A quote by Kofi Annan sets a good preamble for my message as he firmly states, “Violence against women is perhaps the most shameful human rights violation, and it is perhaps the most pervasive. It knows no boundaries of geography, culture or wealth. As long as it continues, we cannot claim to be making real progress towards equality and development.” Indeed, the GBV incidents we read in the papers are not only harrowing and heart-breaking, but they are also shameful and threaten to undo the great deal of progress many have made in the country’s socio-economic development.

In terms of practical solutions, we need to start within each of the four walls we live in, stretch to the people we interact with, and have these conversations in the workplace. We need to show empathy towards survivors of GBV and provide care and support for them. As a woman, I deeply empathise with the devastating effects of GBV on not only women but the society at large. Violence negatively affects women’s physical and mental health and well-being at all stages of their lives and impacts their professional development and economic empowerment. Therefore, my message will unpack three key areas that can help fight GBV in the country.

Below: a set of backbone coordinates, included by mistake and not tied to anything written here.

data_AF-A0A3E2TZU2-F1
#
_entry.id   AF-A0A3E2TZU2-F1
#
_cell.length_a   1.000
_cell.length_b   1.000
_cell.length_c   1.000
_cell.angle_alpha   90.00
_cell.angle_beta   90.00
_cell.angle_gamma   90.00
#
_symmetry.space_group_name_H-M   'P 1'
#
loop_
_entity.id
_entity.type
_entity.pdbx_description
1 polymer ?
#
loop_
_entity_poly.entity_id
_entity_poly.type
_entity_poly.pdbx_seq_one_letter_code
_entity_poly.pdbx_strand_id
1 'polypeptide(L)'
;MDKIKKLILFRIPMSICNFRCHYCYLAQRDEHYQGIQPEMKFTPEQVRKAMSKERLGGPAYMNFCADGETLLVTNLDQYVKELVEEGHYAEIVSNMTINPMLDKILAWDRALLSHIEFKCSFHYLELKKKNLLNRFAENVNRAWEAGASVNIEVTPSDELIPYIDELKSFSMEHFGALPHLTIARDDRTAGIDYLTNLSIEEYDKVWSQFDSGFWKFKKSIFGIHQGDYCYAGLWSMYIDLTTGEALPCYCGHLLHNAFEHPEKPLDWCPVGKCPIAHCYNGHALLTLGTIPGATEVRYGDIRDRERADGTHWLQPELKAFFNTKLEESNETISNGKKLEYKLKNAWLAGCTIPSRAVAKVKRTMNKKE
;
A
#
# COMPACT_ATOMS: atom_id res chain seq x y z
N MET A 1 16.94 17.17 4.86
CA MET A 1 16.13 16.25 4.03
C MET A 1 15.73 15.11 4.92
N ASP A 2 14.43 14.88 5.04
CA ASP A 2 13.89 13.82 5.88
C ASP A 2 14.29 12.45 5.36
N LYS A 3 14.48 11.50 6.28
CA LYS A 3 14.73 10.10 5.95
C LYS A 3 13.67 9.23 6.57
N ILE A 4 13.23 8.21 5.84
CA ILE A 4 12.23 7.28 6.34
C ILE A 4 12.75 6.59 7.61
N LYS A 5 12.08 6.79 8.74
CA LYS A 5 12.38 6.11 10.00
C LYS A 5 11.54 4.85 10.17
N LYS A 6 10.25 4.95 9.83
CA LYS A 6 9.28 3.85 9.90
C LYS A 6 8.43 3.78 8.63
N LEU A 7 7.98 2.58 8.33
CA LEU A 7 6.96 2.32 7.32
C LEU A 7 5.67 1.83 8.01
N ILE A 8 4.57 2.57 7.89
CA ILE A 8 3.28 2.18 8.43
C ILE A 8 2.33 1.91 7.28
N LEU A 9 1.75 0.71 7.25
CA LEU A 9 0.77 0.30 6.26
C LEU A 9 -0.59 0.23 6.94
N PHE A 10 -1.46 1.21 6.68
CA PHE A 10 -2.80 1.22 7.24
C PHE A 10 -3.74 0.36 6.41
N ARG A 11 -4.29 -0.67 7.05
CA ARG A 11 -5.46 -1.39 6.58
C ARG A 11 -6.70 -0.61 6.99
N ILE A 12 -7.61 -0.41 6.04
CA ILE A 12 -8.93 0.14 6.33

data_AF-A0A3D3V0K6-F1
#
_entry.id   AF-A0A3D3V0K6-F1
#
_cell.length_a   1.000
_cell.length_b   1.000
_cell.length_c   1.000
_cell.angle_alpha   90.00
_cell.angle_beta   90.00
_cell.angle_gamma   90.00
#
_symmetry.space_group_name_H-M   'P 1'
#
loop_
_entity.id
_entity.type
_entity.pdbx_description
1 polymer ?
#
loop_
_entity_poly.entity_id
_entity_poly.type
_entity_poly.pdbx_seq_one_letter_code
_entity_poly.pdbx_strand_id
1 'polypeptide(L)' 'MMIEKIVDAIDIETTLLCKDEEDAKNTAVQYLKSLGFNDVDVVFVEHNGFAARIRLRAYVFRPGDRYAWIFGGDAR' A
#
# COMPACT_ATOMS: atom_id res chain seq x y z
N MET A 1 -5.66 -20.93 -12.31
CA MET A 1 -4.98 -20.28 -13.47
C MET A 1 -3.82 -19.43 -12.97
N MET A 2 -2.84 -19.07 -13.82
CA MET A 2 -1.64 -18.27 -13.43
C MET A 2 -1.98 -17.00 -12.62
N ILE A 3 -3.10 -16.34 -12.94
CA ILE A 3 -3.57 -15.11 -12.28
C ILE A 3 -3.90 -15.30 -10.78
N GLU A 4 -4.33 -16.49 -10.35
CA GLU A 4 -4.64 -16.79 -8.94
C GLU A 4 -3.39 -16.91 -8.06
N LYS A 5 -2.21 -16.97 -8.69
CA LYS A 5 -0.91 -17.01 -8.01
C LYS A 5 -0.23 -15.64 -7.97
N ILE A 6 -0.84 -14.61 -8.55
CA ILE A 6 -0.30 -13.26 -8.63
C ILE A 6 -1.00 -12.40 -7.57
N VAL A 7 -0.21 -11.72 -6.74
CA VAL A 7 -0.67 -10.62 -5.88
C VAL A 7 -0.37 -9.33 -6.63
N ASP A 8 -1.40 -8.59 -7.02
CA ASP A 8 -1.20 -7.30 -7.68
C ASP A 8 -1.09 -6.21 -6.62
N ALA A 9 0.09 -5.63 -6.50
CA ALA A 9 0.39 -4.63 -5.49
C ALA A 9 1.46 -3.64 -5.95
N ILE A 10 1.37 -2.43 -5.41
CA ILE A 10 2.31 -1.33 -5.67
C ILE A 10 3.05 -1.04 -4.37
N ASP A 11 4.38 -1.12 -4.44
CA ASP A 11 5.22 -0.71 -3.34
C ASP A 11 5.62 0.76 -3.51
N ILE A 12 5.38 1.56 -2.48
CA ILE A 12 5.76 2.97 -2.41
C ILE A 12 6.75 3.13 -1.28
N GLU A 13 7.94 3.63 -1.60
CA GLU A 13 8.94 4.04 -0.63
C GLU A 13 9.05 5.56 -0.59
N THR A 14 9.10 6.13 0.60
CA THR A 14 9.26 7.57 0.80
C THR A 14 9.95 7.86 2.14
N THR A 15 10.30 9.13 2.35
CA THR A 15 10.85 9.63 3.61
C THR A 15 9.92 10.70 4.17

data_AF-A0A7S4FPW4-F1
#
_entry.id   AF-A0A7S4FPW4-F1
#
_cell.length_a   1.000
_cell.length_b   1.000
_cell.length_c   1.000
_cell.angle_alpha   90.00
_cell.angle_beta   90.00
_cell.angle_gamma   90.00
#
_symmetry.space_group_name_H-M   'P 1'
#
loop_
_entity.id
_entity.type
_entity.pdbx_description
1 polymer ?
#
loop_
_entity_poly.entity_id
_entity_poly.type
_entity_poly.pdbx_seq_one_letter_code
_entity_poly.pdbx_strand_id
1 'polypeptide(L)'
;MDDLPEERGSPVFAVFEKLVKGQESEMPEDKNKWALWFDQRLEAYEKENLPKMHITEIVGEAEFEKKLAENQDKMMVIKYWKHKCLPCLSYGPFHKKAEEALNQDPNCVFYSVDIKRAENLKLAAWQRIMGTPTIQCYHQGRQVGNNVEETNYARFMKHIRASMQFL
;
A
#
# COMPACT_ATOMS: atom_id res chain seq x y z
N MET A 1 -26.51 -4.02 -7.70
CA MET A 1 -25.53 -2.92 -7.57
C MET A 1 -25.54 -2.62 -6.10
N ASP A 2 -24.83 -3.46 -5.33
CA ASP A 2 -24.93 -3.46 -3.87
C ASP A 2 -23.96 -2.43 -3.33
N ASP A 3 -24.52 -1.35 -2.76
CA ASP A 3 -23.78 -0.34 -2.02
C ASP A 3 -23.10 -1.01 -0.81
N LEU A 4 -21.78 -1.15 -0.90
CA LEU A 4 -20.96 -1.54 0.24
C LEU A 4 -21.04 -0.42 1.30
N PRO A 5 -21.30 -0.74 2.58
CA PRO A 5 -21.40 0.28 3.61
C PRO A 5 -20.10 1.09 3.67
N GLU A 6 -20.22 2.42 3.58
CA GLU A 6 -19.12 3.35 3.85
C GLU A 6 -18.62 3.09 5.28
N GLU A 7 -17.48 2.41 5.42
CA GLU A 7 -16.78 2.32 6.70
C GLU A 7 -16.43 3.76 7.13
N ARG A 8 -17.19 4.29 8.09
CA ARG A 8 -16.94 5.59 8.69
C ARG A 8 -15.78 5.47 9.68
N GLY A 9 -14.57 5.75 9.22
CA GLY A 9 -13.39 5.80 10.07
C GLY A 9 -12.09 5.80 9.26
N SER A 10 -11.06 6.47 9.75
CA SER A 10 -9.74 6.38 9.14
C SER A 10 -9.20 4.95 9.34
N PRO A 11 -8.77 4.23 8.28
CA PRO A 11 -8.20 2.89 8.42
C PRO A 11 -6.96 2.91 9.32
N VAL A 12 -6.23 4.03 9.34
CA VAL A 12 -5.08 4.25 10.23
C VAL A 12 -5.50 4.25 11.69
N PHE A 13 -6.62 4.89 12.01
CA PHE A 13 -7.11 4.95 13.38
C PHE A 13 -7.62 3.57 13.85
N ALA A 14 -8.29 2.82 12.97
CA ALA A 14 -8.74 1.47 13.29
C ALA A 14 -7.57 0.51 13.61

Investing In Mental Health, Wellness